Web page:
X World 5
Universal Order

Being a supergroup of sorts and harboring under their shining fuselage such personages as Nils K.Rue (Pagan’s Mind, Eidolon), Andy La Rocque (ex – Death, King Diamond) and Magnus Rosèn (ex – Jorn, ex – Hammerfall), X World 5 sound like a crew of extraterrestrial cyborgs who flew to Earth for the sole purpose – to show that heavy metal heroes from alternative worlds are not cast in a different mold and can play roughly the same type of Traditional Heavy Power Metal as earthlings – but with somewhat robotized rhythmic structures and a huge share of intergalactic influences, like meteorite shower effects or alien sounding voices.

In fact, New Universal Order was probably conceived as an album beyond the customary framework of Heavy Power Metal. A hard nut to crack, if you ask me. Nonetheless, the guys partly pulled it off and created something that stands a chance to grow into an independent branch of the genre, which I would dub as Industrial Heavy Metal with lots of space rock elements. Sounds rather tempting, doesn’t it? Yes, unless you are worried about an obvious lack of kick ass energy and good melodies. The main problem of this album, is that there is much more focus on experimentation with all its intergalactic fireworks and electronics, than on the music itself.

Basically sounding like a hybrid between Pagan’s Mind and Metalium, X World 5 doesn’t make me cringe in irritation. Nor does it fascinate me, either. I’m somewhat indifferent for the most part while striving to digest the tracks offered by New Universal Order, and, except for a handful of killer riffs, a few spectacular sonic collages and powerful work of vocalist Nils K.Rue, it leaves me nearly with nothing but the overwhelming desire to dig out one of my favorite Pagan’s Mind’s or Metalium’s discs and finally get something similar, but with much better overall quality. However, it must be confessed that I really enjoyed the album’s opener “Cyberchrist”, impressing me with its damn catchy Industrial leads, addictive synths and a nice inclusion of a female vocal part – all reminding me a lot of Ayreon’s trademarked Space Metal. Likewise, the main riff on “Man Machine” and the vocal psychosis on “Argonaut” leave me hungry for more similar elements in the band’s sonic spectrum.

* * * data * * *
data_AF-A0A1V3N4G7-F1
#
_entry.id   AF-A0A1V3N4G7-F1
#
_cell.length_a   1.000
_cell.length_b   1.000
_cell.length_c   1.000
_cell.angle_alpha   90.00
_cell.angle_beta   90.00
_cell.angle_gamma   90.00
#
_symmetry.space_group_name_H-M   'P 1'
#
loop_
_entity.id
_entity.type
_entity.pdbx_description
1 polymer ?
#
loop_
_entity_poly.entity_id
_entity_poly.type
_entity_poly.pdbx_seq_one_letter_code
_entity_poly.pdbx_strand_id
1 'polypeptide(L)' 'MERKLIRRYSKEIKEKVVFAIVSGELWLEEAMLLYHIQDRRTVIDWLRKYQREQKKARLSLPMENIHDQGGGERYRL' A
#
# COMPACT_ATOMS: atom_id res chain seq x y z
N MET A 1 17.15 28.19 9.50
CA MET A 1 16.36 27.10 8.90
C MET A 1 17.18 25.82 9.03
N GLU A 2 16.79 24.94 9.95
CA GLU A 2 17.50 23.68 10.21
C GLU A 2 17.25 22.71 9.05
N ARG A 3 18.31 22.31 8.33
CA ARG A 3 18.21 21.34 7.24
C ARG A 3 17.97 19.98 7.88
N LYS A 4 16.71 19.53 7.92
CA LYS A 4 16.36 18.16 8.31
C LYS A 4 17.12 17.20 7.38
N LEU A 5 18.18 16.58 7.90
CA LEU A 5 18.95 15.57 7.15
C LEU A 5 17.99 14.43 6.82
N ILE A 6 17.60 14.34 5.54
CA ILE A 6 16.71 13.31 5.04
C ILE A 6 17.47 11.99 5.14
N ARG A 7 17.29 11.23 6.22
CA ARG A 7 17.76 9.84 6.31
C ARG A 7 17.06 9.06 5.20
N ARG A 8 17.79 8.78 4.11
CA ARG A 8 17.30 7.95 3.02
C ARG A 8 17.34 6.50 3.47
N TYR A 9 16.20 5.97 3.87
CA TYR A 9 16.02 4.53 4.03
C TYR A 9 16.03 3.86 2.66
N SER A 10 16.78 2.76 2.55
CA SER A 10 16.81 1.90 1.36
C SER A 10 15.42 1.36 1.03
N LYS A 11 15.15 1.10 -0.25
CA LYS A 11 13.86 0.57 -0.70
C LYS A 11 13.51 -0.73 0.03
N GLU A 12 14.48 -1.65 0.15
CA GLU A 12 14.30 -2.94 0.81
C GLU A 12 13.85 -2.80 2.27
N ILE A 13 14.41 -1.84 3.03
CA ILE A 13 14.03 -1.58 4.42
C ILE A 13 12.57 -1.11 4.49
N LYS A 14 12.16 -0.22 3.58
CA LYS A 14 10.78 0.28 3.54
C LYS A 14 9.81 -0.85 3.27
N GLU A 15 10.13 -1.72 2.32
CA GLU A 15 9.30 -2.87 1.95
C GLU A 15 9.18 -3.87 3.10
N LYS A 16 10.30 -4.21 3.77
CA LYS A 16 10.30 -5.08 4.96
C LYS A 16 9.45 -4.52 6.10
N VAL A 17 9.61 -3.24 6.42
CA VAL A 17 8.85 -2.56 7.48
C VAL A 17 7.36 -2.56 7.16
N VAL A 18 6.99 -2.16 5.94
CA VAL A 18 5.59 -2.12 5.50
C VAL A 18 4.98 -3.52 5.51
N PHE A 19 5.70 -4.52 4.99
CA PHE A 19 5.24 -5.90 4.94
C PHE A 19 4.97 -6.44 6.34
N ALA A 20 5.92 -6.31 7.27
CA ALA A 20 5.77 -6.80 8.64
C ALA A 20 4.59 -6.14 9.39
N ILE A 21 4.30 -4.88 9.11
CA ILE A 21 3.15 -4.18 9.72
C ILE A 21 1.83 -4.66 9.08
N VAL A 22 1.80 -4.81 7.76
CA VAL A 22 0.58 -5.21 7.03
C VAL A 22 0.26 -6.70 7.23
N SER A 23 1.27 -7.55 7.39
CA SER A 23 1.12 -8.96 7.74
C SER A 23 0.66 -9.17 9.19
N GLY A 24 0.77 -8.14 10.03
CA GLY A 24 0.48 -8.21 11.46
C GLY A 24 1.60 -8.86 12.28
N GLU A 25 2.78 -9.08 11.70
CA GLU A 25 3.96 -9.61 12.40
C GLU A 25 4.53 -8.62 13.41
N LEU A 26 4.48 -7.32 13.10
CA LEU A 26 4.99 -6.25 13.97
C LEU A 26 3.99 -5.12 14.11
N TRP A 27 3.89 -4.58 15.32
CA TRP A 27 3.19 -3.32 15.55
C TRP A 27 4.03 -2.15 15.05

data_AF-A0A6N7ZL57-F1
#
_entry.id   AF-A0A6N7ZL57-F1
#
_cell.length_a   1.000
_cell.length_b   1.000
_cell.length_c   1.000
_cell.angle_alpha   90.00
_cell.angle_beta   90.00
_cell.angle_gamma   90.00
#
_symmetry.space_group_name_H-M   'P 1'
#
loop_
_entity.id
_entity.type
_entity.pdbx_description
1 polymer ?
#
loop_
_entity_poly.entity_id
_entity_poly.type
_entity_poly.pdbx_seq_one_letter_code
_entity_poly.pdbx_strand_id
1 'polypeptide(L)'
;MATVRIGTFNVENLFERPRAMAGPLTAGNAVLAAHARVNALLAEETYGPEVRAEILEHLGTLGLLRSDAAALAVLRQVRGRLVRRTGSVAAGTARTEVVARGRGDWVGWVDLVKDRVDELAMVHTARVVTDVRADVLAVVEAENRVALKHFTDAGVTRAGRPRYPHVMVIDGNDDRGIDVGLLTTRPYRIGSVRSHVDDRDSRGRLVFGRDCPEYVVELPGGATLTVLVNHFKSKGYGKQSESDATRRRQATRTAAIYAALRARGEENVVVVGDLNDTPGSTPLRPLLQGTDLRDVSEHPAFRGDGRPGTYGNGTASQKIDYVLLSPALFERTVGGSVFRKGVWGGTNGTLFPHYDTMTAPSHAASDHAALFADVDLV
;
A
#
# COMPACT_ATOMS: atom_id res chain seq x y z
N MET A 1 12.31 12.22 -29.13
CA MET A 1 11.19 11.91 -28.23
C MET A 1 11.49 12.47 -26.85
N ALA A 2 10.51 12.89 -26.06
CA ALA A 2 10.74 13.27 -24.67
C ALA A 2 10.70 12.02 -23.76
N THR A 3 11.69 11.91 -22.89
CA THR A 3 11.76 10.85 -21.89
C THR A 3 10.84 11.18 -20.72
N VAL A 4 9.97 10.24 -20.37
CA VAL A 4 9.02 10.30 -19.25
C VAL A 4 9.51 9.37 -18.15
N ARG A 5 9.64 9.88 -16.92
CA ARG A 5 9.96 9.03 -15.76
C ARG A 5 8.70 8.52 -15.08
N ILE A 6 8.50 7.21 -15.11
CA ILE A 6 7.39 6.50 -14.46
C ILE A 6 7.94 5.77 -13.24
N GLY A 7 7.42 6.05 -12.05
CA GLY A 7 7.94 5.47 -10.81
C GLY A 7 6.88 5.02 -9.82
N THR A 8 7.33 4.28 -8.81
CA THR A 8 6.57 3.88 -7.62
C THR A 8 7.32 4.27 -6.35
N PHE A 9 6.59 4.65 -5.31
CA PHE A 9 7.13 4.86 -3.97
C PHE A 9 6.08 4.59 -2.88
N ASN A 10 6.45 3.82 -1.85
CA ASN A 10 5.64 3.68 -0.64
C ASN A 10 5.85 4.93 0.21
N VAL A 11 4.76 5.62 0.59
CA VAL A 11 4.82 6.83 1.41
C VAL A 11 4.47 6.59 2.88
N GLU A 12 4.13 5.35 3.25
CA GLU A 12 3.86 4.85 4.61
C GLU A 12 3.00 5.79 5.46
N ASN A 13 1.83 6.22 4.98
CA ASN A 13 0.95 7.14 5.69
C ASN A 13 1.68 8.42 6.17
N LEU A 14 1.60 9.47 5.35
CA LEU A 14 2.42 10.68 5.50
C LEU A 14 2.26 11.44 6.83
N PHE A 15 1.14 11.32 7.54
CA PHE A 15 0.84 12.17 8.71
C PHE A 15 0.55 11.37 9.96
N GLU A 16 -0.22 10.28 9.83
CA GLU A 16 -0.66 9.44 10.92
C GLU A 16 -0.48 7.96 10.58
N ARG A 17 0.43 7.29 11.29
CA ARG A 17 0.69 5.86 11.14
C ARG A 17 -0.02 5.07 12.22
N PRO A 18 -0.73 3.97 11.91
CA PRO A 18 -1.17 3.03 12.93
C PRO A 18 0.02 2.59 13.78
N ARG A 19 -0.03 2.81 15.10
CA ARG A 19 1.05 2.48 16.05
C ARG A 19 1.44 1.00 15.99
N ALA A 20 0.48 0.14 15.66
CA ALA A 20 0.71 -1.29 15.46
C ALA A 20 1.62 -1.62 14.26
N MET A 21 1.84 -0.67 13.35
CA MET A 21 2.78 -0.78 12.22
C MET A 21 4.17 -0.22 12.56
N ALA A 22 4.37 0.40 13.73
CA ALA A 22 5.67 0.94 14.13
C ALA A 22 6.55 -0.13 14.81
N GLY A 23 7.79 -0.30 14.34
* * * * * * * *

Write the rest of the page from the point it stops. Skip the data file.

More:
In conclusion, I think they should try at least one more album together, but with more stress on the powerhouse factor and appropriate melodic decors this time. I understand that the sense of liberation is at the heart of contemporary Metal scene, but the group’s playful servility to the boundless sci-fi genre seems a bit over-performed not only on the lyrical front but on a musical level as well. In all, this is an interesting yet somewhat undeveloped album that would be much better had they managed to keep it more in the vein of its awesome opener “Cyberchrist”.

[Visit the band's website]
Written by Igor Stakh
October 13th, 2008


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